Richard Barone’s Got A Secret: New York City, Endless Source Of The New

Fronted by the nervous guitar and earnest vocals of Richard Barone, the Bongos grabbed the torch from the Talking Heads to light the way into the 1980s for a second generation of eye-opening New York bands that sounded nothing like their predecessors. Dedicated to the proposition that the tired and huddled masses could still find comfort at CBGB (or at Maxwell’s across the Hudson River), the Bongos ruled the greater-NYC roost. A stimulating succession of solo releases, topped by this year’s Glow (Bar/None), leaves no doubt that Barone is still hitting on all cylinders, a vital and imaginative force in today’s music scene when most of his contemporaries have fallen by the wayside. Barone will be guest editing all week. Read our Q&A with him.

Barone: I used to have a terrible habit of falling in love with every city I visited. Whether on tour or vacationing, I’ve had passionate affairs with London, Rio de Janiero, Paris, Berlin. Especially Berlin. A few days in, I would start apartment hunting. But it never lasted. Always, I was pulled back to my beloved. Each time I saw its skyline again, whether scooping in on a late-night 747 flight flying low above Fifth Avenue, heading uptown before turning east to JFK for a landing or riding in a maniacally driven yellow taxicab approaching one of its magnificent monster bridges heading toward the mothership of Manhattan, my heart leapt and still leaps every time. Now I have a grasp that all of those others were just casual affairs. I’ll admit, they continue, but I always come home. Sheepishly, maybe, with foreign lipstick on my collar. But, New York looks at me and I look back—and somehow all is forgiven. Besides that the mix of people here exists nowhere else in the world (you may try to argue that, but you would lose; it simply does not exist to this degree elsewhere), one of the most endesssly awesome things about New York is that it always feels new. There are always places to be discovered. There are always new people to meet, new worlds to enter on literally every block. Everyone knows this, which is why everyone comes here. This is where things start, and the only place they could: television, telecommunications, punk rock. You can feel the electricity the moment you step outside, even on the quietest block. You hear the sizzle of activity, the traffic of competition, the sense of we’re all in this boat together. This lifeboat and everyone has a job to do if we’re gonna keep afloat. Every cliché is true here: With every disaster, every period of economic hardship, every scandal and every disappointment, New York comes back stronger than before. Not like it never happened, but like it did. Knowing more for having felt so much. And then, everything is new all over again.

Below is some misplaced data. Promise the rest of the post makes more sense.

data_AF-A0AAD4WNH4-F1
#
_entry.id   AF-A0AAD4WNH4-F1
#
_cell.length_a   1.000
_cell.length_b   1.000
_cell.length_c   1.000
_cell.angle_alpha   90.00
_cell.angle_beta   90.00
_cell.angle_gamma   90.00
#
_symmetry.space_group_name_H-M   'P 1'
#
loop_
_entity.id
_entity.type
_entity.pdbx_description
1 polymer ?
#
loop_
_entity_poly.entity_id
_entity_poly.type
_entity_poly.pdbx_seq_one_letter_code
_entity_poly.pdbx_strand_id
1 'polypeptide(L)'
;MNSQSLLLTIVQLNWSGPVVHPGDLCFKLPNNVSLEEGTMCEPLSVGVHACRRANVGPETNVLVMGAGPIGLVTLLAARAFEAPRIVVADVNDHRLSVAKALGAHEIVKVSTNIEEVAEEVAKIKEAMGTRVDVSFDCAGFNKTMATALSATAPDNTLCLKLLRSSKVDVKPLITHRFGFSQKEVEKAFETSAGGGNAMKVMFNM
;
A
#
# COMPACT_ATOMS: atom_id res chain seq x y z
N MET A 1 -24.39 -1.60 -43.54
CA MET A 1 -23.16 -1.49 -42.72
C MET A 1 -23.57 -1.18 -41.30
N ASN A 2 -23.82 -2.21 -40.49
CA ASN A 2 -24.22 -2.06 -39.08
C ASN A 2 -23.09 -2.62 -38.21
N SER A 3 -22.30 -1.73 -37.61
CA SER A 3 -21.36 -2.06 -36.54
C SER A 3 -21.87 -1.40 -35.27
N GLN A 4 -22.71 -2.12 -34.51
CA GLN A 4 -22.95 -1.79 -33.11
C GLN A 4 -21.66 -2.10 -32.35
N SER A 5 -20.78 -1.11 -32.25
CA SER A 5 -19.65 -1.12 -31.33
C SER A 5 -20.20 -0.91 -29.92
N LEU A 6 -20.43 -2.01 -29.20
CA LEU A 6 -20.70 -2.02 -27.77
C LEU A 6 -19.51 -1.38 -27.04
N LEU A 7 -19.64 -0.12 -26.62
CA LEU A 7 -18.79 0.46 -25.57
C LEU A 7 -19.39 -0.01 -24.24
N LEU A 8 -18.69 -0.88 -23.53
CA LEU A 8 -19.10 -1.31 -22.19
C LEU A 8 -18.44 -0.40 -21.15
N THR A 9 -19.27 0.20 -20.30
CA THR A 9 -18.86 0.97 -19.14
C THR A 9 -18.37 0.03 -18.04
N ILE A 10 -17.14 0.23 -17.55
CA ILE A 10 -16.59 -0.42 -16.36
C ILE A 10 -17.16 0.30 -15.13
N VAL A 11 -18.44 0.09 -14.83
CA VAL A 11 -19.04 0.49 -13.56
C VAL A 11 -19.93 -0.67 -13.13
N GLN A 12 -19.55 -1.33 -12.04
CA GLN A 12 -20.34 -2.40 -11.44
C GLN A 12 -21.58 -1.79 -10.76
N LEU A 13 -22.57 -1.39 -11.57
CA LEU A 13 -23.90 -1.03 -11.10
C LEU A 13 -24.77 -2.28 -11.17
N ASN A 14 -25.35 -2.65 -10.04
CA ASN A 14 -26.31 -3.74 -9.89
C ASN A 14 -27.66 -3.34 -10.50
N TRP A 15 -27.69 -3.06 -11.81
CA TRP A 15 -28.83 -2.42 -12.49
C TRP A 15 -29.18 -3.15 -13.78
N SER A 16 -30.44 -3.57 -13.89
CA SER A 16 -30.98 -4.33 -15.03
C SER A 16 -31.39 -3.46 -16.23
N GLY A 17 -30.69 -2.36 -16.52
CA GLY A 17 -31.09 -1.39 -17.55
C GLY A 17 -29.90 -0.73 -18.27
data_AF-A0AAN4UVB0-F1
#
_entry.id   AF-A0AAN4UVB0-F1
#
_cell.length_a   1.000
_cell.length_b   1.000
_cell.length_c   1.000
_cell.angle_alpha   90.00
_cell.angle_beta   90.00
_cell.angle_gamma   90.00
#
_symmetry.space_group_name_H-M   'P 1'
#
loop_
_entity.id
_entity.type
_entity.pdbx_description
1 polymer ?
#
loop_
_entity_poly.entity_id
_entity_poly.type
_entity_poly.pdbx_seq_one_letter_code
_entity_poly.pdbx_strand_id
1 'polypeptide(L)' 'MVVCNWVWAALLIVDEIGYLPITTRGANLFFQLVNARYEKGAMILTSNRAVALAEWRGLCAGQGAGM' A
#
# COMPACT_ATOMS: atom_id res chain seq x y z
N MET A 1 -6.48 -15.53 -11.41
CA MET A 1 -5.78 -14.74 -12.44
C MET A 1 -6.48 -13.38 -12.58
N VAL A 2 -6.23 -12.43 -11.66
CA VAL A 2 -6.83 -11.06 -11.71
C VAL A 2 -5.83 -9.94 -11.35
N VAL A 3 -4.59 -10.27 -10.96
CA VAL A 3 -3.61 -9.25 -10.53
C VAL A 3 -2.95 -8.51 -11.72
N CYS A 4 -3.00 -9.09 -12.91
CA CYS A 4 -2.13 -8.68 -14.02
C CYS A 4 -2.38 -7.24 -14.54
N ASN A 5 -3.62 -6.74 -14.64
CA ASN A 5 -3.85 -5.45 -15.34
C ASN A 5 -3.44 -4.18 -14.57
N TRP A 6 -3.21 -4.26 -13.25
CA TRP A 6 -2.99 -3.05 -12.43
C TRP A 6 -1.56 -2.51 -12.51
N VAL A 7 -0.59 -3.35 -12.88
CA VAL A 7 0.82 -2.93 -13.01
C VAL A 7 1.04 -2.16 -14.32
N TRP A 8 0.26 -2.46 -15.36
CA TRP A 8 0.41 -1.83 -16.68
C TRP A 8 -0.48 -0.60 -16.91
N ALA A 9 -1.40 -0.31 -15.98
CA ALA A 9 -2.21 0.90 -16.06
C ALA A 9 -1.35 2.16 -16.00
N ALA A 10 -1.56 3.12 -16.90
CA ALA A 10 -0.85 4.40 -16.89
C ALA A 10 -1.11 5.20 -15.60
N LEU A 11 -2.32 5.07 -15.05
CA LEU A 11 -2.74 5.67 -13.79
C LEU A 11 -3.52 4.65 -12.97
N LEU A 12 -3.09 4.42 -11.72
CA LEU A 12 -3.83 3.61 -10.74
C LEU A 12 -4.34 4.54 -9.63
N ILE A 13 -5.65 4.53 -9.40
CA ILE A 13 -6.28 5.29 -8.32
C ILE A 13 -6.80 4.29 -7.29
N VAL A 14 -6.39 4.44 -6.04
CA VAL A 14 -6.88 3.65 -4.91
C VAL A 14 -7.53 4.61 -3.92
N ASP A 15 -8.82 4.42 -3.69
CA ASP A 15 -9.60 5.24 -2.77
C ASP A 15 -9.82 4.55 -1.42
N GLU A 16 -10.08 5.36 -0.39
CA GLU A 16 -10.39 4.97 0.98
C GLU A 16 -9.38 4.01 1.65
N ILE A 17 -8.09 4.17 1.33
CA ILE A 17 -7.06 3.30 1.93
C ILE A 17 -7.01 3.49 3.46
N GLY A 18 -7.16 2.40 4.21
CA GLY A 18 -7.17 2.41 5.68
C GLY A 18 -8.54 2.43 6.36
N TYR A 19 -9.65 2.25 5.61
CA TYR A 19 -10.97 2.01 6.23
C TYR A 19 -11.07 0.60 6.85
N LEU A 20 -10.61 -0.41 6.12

“There is no place like it, no place with an atom of its glory, pride, and exultancy. It lays its hand upon a man’s bowels; he grows drunk with ecstasy; he grows young and full of glory, he feels that he can never die.” —Walt Whitman

Video after the jump.